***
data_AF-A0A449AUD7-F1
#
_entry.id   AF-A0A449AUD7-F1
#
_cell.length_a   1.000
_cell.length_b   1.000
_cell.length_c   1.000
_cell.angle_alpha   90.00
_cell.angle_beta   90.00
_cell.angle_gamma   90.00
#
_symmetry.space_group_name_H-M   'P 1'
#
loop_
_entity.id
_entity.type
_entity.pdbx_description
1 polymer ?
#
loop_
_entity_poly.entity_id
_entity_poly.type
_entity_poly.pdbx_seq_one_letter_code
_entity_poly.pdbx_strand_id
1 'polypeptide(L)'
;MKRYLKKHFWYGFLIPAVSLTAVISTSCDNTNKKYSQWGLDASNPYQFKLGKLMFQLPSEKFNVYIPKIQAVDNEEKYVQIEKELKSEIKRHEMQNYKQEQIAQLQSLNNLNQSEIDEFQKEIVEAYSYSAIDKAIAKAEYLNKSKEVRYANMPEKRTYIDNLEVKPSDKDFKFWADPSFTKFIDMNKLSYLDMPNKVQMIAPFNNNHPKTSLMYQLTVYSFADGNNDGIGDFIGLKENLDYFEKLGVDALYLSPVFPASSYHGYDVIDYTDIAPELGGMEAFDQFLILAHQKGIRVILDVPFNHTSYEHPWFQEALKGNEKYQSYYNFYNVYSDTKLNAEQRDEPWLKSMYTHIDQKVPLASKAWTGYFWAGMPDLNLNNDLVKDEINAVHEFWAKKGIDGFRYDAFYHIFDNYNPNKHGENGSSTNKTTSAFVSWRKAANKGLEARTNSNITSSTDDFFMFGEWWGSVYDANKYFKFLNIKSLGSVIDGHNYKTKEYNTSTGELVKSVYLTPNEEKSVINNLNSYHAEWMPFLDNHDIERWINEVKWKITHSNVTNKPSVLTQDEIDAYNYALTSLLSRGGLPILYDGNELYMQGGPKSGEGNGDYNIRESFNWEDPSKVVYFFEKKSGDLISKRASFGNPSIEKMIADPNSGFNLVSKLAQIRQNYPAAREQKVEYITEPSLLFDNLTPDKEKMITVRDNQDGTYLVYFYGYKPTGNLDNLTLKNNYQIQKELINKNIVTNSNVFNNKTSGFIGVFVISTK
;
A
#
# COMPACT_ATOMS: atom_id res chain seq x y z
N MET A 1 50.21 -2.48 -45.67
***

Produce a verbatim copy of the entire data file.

data_AF-A0A449AUD7-F1
#
_entry.id   AF-A0A449AUD7-F1
#
_cell.length_a   1.000
_cell.length_b   1.000
_cell.length_c   1.000
_cell.angle_alpha   90.00
_cell.angle_beta   90.00
_cell.angle_gamma   90.00
#
_symmetry.space_group_name_H-M   'P 1'
#
loop_
_entity.id
_entity.type
_entity.pdbx_description
1 polymer ?
#
loop_
_entity_poly.entity_id
_entity_poly.type
_entity_poly.pdbx_seq_one_letter_code
_entity_poly.pdbx_strand_id
1 'polypeptide(L)'
;MKRYLKKHFWYGFLIPAVSLTAVISTSCDNTNKKYSQWGLDASNPYQFKLGKLMFQLPSEKFNVYIPKIQAVDNEEKYVQIEKELKSEIKRHEMQNYKQEQIAQLQSLNNLNQSEIDEFQKEIVEAYSYSAIDKAIAKAEYLNKSKEVRYANMPEKRTYIDNLEVKPSDKDFKFWADPSFTKFIDMNKLSYLDMPNKVQMIAPFNNNHPKTSLMYQLTVYSFADGNNDGIGDFIGLKENLDYFEKLGVDALYLSPVFPASSYHGYDVIDYTDIAPELGGMEAFDQFLILAHQKGIRVILDVPFNHTSYEHPWFQEALKGNEKYQSYYNFYNVYSDTKLNAEQRDEPWLKSMYTHIDQKVPLASKAWTGYFWAGMPDLNLNNDLVKDEINAVHEFWAKKGIDGFRYDAFYHIFDNYNPNKHGENGSSTNKTTSAFVSWRKAANKGLEARTNSNITSSTDDFFMFGEWWGSVYDANKYFKFLNIKSLGSVIDGHNYKTKEYNTSTGELVKSVYLTPNEEKSVINNLNSYHAEWMPFLDNHDIERWINEVKWKITHSNVTNKPSVLTQDEIDAYNYALTSLLSRGGLPILYDGNELYMQGGPKSGEGNGDYNIRESFNWEDPSKVVYFFEKKSGDLISKRASFGNPSIEKMIADPNSGFNLVSKLAQIRQNYPAAREQKVEYITEPSLLFDNLTPDKEKMITVRDNQDGTYLVYFYGYKPTGNLDNLTLKNNYQIQKELINKNIVTNSNVFNNKTSGFIGVFVISTK
;
A
#
# COMPACT_ATOMS: atom_id res chain seq x y z
N MET A 1 50.21 -2.48 -45.67